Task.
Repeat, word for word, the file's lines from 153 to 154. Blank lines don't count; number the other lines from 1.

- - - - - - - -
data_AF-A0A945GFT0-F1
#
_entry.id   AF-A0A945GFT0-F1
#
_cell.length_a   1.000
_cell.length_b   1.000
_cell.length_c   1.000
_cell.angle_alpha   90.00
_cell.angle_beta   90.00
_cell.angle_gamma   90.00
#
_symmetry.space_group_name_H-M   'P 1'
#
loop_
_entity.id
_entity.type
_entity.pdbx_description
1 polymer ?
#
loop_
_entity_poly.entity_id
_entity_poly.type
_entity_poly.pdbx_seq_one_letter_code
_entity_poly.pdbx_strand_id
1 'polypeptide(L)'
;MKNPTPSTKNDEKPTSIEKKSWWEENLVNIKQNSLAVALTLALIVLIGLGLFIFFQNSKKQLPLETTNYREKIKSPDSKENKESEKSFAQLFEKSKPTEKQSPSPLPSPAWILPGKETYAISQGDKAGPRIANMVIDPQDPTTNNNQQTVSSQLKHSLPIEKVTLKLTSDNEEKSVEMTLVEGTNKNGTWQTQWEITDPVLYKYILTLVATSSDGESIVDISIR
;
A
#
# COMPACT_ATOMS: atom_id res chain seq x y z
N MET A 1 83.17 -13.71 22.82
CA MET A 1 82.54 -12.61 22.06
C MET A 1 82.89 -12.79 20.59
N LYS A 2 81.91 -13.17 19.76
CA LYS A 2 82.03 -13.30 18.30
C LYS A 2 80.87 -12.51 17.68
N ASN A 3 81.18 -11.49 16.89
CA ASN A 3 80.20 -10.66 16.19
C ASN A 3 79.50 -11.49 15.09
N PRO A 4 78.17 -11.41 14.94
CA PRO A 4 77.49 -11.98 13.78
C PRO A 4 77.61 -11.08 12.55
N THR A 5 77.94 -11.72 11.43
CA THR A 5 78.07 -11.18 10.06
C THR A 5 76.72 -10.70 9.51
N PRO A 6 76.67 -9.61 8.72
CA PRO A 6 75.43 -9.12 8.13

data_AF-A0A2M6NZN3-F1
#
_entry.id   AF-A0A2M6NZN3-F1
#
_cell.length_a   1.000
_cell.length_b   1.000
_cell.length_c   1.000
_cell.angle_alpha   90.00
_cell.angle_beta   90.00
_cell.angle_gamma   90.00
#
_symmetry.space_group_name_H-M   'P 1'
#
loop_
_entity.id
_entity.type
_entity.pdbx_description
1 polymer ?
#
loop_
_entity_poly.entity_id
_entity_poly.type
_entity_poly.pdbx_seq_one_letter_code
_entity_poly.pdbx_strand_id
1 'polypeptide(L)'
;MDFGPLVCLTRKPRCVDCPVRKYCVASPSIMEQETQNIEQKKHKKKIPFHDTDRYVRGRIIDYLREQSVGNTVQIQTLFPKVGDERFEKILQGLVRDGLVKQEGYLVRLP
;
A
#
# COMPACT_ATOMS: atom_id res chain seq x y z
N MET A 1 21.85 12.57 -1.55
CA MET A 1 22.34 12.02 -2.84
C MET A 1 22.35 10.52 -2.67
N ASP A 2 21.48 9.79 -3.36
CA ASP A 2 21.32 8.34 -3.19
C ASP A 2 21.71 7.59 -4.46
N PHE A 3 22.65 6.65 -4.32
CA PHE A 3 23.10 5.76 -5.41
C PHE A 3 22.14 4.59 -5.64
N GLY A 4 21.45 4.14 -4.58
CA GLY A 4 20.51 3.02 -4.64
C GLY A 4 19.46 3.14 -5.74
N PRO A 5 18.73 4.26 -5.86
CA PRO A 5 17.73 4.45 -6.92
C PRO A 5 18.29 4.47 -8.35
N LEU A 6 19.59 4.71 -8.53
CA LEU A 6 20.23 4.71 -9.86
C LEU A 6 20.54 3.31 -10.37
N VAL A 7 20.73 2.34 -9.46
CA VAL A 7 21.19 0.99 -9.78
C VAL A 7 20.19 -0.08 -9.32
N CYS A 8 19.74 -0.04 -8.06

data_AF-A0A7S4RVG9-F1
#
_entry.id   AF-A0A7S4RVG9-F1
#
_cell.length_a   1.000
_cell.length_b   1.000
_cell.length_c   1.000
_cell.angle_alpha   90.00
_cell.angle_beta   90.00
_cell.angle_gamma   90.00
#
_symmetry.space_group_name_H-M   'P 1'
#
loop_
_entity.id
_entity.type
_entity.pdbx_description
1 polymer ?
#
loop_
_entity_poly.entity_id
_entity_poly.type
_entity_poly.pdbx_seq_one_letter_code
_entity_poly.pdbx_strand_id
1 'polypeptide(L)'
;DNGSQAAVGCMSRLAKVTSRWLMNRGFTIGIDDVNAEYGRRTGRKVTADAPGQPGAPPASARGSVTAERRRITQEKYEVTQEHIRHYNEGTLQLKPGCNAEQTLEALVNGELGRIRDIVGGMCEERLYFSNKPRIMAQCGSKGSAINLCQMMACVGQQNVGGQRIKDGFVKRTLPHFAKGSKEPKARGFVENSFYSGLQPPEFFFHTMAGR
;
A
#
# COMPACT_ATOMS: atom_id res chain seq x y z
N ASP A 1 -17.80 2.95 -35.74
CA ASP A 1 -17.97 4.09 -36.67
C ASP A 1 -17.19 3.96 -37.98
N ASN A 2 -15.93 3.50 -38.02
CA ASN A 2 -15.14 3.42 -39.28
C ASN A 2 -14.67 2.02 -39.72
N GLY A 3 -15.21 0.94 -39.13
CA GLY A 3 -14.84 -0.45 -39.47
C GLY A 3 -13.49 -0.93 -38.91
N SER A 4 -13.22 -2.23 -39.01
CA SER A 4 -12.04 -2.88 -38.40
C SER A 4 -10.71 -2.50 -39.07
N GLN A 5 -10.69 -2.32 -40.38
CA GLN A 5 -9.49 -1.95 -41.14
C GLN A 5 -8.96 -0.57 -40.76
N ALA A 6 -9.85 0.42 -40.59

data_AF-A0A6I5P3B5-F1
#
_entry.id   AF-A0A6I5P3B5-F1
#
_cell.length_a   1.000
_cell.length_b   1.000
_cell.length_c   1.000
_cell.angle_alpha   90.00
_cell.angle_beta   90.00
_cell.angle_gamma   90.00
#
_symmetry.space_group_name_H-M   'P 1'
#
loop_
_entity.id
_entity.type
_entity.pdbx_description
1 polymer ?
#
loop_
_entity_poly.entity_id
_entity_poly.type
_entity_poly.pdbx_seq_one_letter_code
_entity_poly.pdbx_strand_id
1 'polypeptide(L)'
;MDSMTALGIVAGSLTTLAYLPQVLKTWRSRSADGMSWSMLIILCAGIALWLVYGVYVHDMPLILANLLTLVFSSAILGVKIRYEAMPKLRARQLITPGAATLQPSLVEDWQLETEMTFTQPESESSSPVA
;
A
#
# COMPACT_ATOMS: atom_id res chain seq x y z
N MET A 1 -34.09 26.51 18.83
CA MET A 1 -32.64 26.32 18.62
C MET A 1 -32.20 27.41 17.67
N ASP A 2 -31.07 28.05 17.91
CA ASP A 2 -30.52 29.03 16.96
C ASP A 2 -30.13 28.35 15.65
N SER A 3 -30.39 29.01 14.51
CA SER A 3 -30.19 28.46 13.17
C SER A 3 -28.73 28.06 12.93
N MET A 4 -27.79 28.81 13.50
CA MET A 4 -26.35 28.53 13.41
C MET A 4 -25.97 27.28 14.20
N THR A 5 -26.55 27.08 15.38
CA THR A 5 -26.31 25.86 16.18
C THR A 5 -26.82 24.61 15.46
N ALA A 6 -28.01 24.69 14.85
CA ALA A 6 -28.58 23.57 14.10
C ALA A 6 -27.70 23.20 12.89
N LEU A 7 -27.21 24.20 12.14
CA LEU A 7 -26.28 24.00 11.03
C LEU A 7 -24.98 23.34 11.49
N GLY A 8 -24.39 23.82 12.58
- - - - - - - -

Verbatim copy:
_cell.angle_alpha   90.00
_cell.angle_beta   90.00